You want to use the elliptical `A`

rc command. Unfortunately for you, this requires you to specify the Cartesian coordinates (x, y) of the start and end points rather than the polar coordinates (radius, angle) that you have, so you have to do some math. Here's a JavaScript function which should work (though I haven't tested it), and which I hope is fairly self-explanatory:

```
function polarToCartesian(centerX, centerY, radius, angleInDegrees) {
var angleInRadians = angleInDegrees * Math.PI / 180.0;
var x = centerX + radius * Math.cos(angleInRadians);
var y = centerY + radius * Math.sin(angleInRadians);
return [x,y];
}
```

Which angles correspond to which clock positions will depend on the coordinate system; just swap and/or negate the sin/cos terms as necessary.

The arc command has these parameters:

```
rx, ry, x-axis-rotation, large-arc-flag, sweep-flag, x, y
```

For your first example:

`rx`

=`ry`

=25 and `x-axis-rotation`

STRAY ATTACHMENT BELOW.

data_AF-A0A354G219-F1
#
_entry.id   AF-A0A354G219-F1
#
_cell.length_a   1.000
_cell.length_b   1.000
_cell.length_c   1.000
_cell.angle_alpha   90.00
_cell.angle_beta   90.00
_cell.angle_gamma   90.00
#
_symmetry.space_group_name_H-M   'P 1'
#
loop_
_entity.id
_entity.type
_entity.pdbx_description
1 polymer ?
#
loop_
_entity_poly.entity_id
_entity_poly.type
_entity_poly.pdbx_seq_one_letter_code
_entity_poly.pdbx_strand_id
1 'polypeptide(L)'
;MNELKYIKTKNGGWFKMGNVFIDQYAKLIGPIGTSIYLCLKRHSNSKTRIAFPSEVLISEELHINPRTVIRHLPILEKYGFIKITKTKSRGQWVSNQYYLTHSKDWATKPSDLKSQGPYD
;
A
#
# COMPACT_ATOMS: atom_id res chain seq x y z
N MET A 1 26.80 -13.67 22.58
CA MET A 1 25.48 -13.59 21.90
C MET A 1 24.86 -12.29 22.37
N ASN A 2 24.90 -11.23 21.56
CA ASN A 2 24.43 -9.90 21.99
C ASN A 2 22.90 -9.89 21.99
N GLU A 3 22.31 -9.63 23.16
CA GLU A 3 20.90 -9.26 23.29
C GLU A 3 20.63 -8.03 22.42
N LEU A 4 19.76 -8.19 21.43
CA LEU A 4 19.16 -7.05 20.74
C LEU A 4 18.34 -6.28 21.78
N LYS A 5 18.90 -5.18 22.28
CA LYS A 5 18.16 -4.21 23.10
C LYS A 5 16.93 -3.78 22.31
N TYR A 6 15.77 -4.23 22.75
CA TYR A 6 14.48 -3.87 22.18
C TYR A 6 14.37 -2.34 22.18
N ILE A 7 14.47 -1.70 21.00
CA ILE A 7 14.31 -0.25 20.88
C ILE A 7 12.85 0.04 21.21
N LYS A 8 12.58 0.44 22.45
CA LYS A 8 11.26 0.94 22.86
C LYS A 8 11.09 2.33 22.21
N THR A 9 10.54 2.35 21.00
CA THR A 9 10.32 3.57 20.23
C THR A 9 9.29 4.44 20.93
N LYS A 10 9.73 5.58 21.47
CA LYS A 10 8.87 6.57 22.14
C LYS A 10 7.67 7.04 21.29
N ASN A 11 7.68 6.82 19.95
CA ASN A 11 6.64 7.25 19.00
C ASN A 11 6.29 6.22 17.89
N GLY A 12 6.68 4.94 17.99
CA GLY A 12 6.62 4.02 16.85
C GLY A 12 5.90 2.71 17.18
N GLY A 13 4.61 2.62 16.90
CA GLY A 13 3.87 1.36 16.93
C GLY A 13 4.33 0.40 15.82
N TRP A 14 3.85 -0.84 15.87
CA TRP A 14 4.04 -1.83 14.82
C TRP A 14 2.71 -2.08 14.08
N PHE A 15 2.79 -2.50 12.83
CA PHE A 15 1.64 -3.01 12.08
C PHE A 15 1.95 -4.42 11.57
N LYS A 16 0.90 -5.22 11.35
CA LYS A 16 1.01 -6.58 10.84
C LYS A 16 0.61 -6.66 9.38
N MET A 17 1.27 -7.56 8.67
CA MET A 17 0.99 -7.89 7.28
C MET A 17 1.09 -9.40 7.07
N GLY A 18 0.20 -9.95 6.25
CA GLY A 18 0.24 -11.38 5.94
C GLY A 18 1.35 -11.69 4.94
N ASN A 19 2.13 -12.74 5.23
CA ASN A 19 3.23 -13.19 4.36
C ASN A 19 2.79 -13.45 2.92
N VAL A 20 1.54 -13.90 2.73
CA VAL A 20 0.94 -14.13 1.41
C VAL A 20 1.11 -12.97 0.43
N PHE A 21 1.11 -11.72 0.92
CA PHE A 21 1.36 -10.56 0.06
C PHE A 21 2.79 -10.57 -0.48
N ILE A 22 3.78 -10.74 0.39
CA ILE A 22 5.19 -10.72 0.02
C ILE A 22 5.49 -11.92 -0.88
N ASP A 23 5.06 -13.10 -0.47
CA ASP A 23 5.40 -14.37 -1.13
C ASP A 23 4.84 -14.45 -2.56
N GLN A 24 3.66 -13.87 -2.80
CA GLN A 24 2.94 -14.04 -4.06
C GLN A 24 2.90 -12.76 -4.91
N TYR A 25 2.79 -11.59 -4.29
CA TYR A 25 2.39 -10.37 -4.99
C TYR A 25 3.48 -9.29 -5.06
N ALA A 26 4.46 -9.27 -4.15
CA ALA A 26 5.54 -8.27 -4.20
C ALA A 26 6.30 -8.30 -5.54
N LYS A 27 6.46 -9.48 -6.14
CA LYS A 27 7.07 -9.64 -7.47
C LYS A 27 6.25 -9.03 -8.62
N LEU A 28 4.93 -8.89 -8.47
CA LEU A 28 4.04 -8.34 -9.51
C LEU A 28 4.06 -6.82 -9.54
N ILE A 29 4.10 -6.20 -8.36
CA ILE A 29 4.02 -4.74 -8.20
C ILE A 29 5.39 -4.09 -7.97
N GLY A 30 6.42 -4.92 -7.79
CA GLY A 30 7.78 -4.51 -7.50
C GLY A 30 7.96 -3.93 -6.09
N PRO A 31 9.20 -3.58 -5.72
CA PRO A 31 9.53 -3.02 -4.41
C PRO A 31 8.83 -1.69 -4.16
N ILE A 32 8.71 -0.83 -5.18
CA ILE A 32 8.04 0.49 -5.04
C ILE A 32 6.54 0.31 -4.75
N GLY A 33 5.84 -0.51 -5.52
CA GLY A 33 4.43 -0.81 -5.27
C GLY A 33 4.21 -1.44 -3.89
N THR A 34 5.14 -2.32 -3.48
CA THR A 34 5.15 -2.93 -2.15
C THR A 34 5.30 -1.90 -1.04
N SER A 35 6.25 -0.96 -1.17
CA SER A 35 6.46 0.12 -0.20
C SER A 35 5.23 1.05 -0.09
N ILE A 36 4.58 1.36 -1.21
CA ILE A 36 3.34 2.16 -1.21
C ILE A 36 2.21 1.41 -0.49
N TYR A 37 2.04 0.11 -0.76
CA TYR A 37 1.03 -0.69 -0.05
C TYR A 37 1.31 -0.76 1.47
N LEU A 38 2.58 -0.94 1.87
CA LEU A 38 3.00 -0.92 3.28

=0, since you want a circle and not an ellipse. You can compute both the starting coordinates (which you should `M`

ove to) and ending coordinates (x, y) using the function above, yielding (200, 175) and about (182.322, 217.678), respectively. Given these constraints so far, there are actually four arcs that could be drawn, so the two flags select one of them. I'm guessing you probably want to draw a small arc (meaning `large-arc-flag`

=0), in the direction of decreasing angle (meaning `sweep-flag`

=0). All together, the SVG path is:

```
M 200 175 A 25 25 0 0 0 182.322 217.678
```

For the second example (assuming you mean going the same direction, and thus a large arc), the SVG path is:

```
M 200 175 A 25 25 0 1 0 217.678 217.678
```

Again, I haven't tested these.